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French startup Lifen is raising $22.7 million (€20 million) from a funding round led by Partech, with the support of existing investors Serena and Daphni, and the added contribution of Idinvest Partners and Majycc eSanté Invest.
Most of the French healthcare industry is still dependent on old fashioned physical letters requiring stampage and delivery via classic post. Lifen intends to offer hospitals and individual practitioners a way to be economically savvy, by using digital letters to lower costs and save time.
Since saving time and money by reducing the huge amount of paperwork involved with patient care and its related costs also represents a significant concern for US healthcare , it is important to see whether the Lifen model could be applied and if it would be more profitable than other solutions.
The hope is to make communication of data easier in the medical world. This is not an easy task to accomplish when taking, all the complexity of health related information into account.
The mobile health market (“mHealth”) is projected to hit $117 billion by 2020 and 86 percent of clinicians believe mobile apps will be central to patient health in that time frame, according to the “State of the App Economy” report from ACT | The App Association. Health messaging, whether via text messages or e-mails, is a key area of growth, according to a 2016 study conducted by mobile trade group Mobile Ecosystem Forum (MEF). 6,000 people from nine countries were included in the report. Results revealed that 66 percent of consumers have used a chat app to communicate with a business. Among SMS users, that number goes up to 74 percent. So, why not use it more in healthcare, where time is of the essence?
When sending a digital receipt, for instance, instead of printing and mailing it, this seems easy enough. It is another thing altogether to send any kind of health information. Rules and regulations ensuring medical information remains confidential must be complied with at all times, so that any information the patient does not want made public remains confidential. According to Lifen, the information is encrypted both in transit and the rest of the period it is in Lifen’s responsibility, and the company can’t access your data.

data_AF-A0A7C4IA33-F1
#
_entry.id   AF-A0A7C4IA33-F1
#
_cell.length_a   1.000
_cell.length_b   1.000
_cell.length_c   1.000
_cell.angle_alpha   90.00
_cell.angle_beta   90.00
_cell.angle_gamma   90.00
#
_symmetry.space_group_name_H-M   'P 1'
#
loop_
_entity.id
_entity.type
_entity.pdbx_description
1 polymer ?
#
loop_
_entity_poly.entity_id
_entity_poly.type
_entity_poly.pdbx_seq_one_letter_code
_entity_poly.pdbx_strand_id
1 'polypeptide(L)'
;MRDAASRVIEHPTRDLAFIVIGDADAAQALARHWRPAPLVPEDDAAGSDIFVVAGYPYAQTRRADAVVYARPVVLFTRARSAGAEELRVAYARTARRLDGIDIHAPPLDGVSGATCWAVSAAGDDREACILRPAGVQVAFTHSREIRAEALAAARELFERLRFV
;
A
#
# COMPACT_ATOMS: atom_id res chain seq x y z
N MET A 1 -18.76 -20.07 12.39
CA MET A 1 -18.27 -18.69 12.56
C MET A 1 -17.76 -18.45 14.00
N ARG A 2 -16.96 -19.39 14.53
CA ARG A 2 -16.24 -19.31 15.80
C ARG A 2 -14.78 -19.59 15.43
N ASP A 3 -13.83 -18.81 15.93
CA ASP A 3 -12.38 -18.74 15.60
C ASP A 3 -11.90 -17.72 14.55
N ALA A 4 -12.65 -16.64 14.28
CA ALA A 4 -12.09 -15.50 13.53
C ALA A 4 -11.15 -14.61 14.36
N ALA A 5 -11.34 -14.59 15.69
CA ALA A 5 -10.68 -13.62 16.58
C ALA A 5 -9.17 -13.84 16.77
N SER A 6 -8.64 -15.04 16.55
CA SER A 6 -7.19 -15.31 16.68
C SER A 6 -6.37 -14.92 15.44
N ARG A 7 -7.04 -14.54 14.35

Lifen basically provides a safe interface between the hospitals or other health providers using multiple electronic messaging protocols — MS Santé, Apicrypt, Zepra and Medimail. In just a few clicks, users can send a letter using those protocols. The option of sending classic mail using Lifen is also available, since in France paper mail isn’t going to be obsolete overnight.
The startup manages a directory of healthcare professionals and also handles read receipts. Lifen actually looks like an email interface, having an inbox and outbox. This allows users to receive messages, documents and reports from different channels, and then export each of them and send them in a patient folder.
Lifen tried to automate as many features as possible, in order to make Lifen more user friendly. Once installed, it can be selected as a printer in the printing popup, since it is compatible with any app that supports printing.